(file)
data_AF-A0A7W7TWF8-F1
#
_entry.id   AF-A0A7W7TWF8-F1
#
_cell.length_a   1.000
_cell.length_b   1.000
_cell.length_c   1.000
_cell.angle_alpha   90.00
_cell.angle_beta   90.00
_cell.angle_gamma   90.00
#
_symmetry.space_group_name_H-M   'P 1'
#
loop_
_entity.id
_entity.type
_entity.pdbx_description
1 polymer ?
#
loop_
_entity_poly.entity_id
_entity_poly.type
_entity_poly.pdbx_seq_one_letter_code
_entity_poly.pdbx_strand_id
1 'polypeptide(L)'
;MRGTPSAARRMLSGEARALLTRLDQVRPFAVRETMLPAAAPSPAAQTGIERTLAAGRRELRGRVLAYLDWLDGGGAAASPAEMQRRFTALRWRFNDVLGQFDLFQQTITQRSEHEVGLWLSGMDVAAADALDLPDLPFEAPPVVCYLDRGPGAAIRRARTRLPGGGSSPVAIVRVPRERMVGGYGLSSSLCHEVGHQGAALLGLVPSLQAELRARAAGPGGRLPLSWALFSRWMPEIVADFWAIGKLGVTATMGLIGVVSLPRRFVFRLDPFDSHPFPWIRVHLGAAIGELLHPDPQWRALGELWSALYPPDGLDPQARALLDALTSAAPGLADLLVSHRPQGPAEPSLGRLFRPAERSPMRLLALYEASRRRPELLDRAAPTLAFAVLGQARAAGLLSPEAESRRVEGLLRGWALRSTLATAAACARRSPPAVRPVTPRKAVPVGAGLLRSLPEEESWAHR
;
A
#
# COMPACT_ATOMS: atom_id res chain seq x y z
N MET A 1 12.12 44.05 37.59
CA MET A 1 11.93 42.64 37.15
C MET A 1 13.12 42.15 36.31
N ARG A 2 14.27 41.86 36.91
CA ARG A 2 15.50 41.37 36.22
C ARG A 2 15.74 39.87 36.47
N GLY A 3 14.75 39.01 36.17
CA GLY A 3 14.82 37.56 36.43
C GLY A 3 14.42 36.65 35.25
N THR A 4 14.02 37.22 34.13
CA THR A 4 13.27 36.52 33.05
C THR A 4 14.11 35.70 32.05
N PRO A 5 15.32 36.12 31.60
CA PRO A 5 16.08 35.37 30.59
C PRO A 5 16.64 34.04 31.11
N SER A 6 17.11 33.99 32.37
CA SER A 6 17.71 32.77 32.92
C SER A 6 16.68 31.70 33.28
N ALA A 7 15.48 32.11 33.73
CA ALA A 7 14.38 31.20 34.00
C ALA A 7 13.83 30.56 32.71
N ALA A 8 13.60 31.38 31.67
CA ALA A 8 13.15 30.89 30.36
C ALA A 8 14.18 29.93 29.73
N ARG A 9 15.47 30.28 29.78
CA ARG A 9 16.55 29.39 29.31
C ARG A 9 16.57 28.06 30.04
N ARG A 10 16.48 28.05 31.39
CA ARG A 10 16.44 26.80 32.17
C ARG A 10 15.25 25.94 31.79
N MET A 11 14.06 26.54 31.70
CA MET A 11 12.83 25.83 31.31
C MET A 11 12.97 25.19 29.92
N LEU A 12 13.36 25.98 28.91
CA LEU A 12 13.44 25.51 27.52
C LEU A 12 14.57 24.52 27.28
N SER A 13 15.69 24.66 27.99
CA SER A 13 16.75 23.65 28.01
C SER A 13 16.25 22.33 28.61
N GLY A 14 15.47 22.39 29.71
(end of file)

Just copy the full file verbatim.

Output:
data_AF-A0A7W7TWF8-F1
#
_entry.id   AF-A0A7W7TWF8-F1
#
_cell.length_a   1.000
_cell.length_b   1.000
_cell.length_c   1.000
_cell.angle_alpha   90.00
_cell.angle_beta   90.00
_cell.angle_gamma   90.00
#
_symmetry.space_group_name_H-M   'P 1'
#
loop_
_entity.id
_entity.type
_entity.pdbx_description
1 polymer ?
#
loop_
_entity_poly.entity_id
_entity_poly.type
_entity_poly.pdbx_seq_one_letter_code
_entity_poly.pdbx_strand_id
1 'polypeptide(L)'
;MRGTPSAARRMLSGEARALLTRLDQVRPFAVRETMLPAAAPSPAAQTGIERTLAAGRRELRGRVLAYLDWLDGGGAAASPAEMQRRFTALRWRFNDVLGQFDLFQQTITQRSEHEVGLWLSGMDVAAADALDLPDLPFEAPPVVCYLDRGPGAAIRRARTRLPGGGSSPVAIVRVPRERMVGGYGLSSSLCHEVGHQGAALLGLVPSLQAELRARAAGPGGRLPLSWALFSRWMPEIVADFWAIGKLGVTATMGLIGVVSLPRRFVFRLDPFDSHPFPWIRVHLGAAIGELLHPDPQWRALGELWSALYPPDGLDPQARALLDALTSAAPGLADLLVSHRPQGPAEPSLGRLFRPAERSPMRLLALYEASRRRPELLDRAAPTLAFAVLGQARAAGLLSPEAESRRVEGLLRGWALRSTLATAAACARRSPPAVRPVTPRKAVPVGAGLLRSLPEEESWAHR
;
A
#
# COMPACT_ATOMS: atom_id res chain seq x y z
N MET A 1 12.12 44.05 37.59
CA MET A 1 11.93 42.64 37.15
C MET A 1 13.12 42.15 36.31
N ARG A 2 14.27 41.86 36.91
CA ARG A 2 15.50 41.37 36.22
C ARG A 2 15.74 39.87 36.47
N GLY A 3 14.75 39.01 36.17
CA GLY A 3 14.82 37.56 36.43
C GLY A 3 14.42 36.65 35.25
N THR A 4 14.02 37.22 34.13
CA THR A 4 13.27 36.52 33.05
C THR A 4 14.11 35.70 32.05
N PRO A 5 15.32 36.12 31.60
CA PRO A 5 16.08 35.37 30.59
C PRO A 5 16.64 34.04 31.11
N SER A 6 17.11 33.99 32.37
CA SER A 6 17.71 32.77 32.92
C SER A 6 16.68 31.70 33.28
N ALA A 7 15.48 32.11 33.73
CA ALA A 7 14.38 31.20 34.00
C ALA A 7 13.83 30.56 32.71
N ALA A 8 13.60 31.38 31.67
CA ALA A 8 13.15 30.89 30.36
C ALA A 8 14.18 29.93 29.73
N ARG A 9 15.47 30.28 29.78
CA ARG A 9 16.55 29.39 29.31
C ARG A 9 16.57 28.06 30.04
N ARG A 10 16.48 28.05 31.39
CA ARG A 10 16.44 26.80 32.17
C ARG A 10 15.25 25.94 31.79
N MET A 11 14.06 26.54 31.70
CA MET A 11 12.83 25.83 31.31
C MET A 11 12.97 25.19 29.92
N LEU A 12 13.36 25.98 28.91
CA LEU A 12 13.44 25.51 27.52
C LEU A 12 14.57 24.52 27.28
N SER A 13 15.69 24.66 27.99
CA SER A 13 16.75 23.65 28.01
C SER A 13 16.25 22.33 28.61
N GLY A 14 15.47 22.39 29.71